Some Federal Contractors Balking at New Employment Rules

Some Federal Contractors Balking at New Employment Rules
October 14, 2013

When it comes to hiring the right person for the job, Tom Roeser prefers to do it his way over that of the government telling him how to do it.

“People will hire a trainable person” on their own, said Roeser, president and chief operating officer of OTTO Engineering in Carpentersville, Ill., an internationally known designer and maker of electronic control switches and communication equipment accessories for aerospace, medical, and industrial uses. He opposes new rules by the U.S. Department of Labor requiring most companies with federal contracts to hire more military veterans and disabled persons.

“The root of all these mandates is the belief that businesses wouldn’t do it on their own.  At some point we have to trust our society. One more government mandate is what we don’t need,” Roeser said. 

Many Vets, Disabled Persons

The many veterans returning from overseas, and a high unemployment rate for disabled workers, are the reasons for the two new rules that have been added to the affirmative action and nondiscrimination regulations of federal contractors, according to the Labor Department’s Office of Federal Contract Compliance Programs (OFCCP), which will enforce the new laws.

Labor Secretary Thomas Perez announced the rules in late August. One rule will require companies, including subcontractors, to adopt what’s referred to as a 7 percent utilization goal for qualified individuals with disabilities. Contractors will have to apply the goal to each of their job groups, or to their entire workforce if the contractor has 100 or fewer employees.

The other rule requires federal contractors to adopt an annual hiring benchmark for the number of veterans to employ. Numbers will be based either on the national percentage of veterans in the civilian labor force, which currently stands at 8 percent, or their own benchmark based on the best available data. The data will be published and updated annually by the OFCCP.

"Strengthening these regulations is an important step toward reducing barriers to real opportunities for veterans and individuals with disabilities," Patricia A. Shiu, OFCCP director, said in a statement.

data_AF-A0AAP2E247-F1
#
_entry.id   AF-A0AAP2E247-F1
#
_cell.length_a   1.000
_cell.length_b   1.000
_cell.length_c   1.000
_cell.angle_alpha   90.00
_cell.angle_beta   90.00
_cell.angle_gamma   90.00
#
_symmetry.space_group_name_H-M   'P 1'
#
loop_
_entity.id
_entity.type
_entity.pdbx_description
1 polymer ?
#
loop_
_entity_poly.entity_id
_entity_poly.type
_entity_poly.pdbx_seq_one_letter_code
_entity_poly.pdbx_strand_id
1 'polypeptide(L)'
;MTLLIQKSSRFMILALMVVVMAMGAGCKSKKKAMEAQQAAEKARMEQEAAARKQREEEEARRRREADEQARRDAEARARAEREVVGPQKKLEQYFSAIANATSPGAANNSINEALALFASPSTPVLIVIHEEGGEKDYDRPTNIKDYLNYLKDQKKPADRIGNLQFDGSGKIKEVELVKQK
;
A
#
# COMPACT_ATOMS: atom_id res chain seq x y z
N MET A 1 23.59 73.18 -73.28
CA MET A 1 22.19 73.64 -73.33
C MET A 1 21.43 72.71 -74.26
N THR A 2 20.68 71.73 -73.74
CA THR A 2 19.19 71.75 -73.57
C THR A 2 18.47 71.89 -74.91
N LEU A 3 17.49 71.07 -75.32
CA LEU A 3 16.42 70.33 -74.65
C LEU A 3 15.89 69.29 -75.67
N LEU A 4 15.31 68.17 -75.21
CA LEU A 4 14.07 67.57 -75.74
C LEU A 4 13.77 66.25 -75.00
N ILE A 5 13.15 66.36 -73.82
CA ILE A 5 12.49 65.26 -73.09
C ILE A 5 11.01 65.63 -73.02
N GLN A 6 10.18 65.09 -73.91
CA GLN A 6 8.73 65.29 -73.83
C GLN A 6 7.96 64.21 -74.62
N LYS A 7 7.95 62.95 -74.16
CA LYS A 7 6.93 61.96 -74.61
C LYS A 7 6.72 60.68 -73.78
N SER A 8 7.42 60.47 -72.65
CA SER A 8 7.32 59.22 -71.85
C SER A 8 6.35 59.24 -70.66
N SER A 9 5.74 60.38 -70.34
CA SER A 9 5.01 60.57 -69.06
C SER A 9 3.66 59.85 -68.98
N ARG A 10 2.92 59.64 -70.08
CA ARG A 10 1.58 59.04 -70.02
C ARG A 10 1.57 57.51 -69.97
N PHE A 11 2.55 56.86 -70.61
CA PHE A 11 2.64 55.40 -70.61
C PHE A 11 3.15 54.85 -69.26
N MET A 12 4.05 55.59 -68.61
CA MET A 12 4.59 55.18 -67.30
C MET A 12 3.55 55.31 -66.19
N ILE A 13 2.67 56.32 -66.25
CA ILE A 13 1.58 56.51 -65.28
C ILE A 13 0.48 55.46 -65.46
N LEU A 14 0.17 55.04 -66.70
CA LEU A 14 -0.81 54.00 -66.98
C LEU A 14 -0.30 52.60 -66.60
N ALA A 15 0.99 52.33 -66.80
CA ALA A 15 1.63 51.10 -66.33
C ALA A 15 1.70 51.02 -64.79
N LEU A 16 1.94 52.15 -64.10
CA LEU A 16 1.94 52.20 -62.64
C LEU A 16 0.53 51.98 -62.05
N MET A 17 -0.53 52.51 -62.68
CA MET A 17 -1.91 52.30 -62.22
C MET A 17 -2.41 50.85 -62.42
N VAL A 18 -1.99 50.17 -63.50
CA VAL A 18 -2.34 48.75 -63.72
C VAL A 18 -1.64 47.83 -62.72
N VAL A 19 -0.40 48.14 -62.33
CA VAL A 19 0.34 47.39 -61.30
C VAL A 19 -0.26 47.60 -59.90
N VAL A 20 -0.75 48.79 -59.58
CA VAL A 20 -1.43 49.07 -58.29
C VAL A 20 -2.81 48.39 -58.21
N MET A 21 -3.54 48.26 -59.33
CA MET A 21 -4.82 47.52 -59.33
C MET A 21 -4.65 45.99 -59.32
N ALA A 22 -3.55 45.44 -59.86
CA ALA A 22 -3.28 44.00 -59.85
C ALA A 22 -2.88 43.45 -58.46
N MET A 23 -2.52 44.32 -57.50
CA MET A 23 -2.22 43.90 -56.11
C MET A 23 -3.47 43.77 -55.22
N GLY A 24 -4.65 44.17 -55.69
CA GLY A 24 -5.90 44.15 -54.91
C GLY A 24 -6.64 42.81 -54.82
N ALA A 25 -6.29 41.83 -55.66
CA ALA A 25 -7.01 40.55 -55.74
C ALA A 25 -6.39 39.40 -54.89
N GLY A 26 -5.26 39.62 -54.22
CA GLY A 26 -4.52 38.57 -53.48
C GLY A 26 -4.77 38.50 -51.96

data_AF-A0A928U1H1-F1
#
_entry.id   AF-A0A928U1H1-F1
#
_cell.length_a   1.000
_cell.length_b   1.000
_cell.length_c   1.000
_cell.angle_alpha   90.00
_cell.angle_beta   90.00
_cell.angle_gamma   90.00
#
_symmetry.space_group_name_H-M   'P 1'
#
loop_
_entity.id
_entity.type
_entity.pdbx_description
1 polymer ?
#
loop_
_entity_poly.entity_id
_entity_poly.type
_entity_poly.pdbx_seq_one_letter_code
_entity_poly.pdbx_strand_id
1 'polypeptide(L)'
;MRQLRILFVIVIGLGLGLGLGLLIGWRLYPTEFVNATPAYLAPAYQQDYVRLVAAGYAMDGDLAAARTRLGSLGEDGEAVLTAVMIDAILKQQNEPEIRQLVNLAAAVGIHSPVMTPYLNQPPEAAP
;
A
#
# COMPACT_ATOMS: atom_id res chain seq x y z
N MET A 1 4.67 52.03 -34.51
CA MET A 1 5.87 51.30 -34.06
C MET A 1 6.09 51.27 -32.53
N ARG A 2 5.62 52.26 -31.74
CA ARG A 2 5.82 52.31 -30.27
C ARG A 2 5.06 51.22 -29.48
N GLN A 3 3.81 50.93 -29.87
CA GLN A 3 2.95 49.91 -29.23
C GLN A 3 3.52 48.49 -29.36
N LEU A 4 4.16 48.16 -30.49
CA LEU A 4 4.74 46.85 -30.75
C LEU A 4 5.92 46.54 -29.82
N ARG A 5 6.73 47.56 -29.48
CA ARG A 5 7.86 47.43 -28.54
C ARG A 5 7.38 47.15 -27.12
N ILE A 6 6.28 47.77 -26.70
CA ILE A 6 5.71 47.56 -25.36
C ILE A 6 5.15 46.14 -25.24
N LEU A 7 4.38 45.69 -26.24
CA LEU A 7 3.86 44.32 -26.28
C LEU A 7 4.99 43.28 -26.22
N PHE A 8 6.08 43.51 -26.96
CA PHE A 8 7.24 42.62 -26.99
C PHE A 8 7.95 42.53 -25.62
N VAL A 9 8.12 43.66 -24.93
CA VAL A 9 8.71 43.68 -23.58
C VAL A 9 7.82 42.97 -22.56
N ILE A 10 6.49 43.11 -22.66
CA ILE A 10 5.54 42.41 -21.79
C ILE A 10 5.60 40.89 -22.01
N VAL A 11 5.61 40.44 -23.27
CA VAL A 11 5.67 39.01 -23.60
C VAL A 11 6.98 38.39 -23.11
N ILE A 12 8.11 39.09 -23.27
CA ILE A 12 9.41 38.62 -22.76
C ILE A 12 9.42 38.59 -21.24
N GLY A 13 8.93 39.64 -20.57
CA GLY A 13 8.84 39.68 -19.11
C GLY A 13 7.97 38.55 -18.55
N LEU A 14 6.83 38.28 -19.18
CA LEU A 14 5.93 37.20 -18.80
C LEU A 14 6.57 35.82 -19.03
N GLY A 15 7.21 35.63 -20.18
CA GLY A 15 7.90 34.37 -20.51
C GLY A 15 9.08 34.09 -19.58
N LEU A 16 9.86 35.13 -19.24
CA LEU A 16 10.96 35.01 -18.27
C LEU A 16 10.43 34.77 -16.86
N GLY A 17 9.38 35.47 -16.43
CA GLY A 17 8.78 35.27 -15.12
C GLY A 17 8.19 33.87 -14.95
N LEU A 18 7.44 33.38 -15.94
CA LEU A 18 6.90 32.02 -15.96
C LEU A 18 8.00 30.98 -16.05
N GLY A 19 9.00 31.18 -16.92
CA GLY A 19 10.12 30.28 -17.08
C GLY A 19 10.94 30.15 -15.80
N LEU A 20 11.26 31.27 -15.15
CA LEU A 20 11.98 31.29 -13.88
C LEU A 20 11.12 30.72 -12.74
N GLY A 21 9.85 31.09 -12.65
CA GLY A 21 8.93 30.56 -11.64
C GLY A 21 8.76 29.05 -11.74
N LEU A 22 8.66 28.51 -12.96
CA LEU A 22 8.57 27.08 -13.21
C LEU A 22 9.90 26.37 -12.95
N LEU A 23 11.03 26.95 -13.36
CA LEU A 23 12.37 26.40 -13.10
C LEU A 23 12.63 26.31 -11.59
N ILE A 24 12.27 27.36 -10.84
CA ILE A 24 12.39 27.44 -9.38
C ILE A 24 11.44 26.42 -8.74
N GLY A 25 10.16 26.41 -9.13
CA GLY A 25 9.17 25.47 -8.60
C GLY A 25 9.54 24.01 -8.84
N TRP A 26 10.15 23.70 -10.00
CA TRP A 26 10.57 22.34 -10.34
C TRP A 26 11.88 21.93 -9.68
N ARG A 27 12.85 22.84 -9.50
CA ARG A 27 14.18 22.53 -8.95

Specific Demands on Employers

Both rules also specify how contractors should reach the goals, such as measuring their success in recruiting and hiring, record keeping, training, and more.

“We will not be able to comply with this,” is what some companies are saying, including members of the HR Policy Association, which represents more than 350 large U.S. corporations.

“It is going to increase costs,” said Daniel Yager, the Association’s president and general counsel.

Yager said some companies have questioned whether it is worth continuing to seek federal contracts, after learning the rules apply even if those contracts constitute only a tiny portion of a company’s overall business.

Furthermore, employers will have to ask job applicants and employees if they have a physical or mental disability, which raises concerns over the culture of the workplace environment, Yager said. 

“We share the same goals here about getting more disabled and veterans in the workforce. Everyone is agreeing on that. They are already doing what they can in this arena. It’s a question as to how to do it. ‘We just don’t think you’re doing it right,’ is what companies are saying,” Yager said.

Depends on Applicant

For Roeser, it’s all about who can be trained to excel at OTTO. Applicants must take tests in English and mathematics. If a candidate for a job is hired simply to fill a “numeric slot,” Roeser said, this could fail both the company and the employee because the company might not have the best person for the job, and the employee might not reach his full potential.

"I may have the wrong type of business for a disabled person," Roeser said. As an example, he said a person with one leg may be well-suited to work alongside a manufacturing line like his, but a person with one arm might not be.

Like the HR Policy Association, the Associated General Contractors of America are mulling taking legal action. The AGC says the rules clash with federal laws that discourage employers from asking about disability status, and with data that indicate no need for the new measures.

Already Meeting Objectives

“The administration’s decision to finalize two new oppressive employment regulations for federal contractors forces us to object to measures whose goals we support and objectives our members already meet. That is because these rules will force federal contractors to spend an estimated $6 billion a year to produce reams of new paperwork proving they are doing what the federal government already knows they are doing,” Stephen Sandherr, chief executive officer of the AGC of America, said in a statement.

Government is impugning businesses, according to Roeser.

“I know if I only hire men, the women in my town would hate my business.…

I surely wouldn’t discriminate. My father is a veteran,” he said of Jack Roeser, who founded Otto Engineering in 1961. The company has approximately 500 employees. 

Carolyn Rusin (cjrusin@aol.com) writes from Chicago.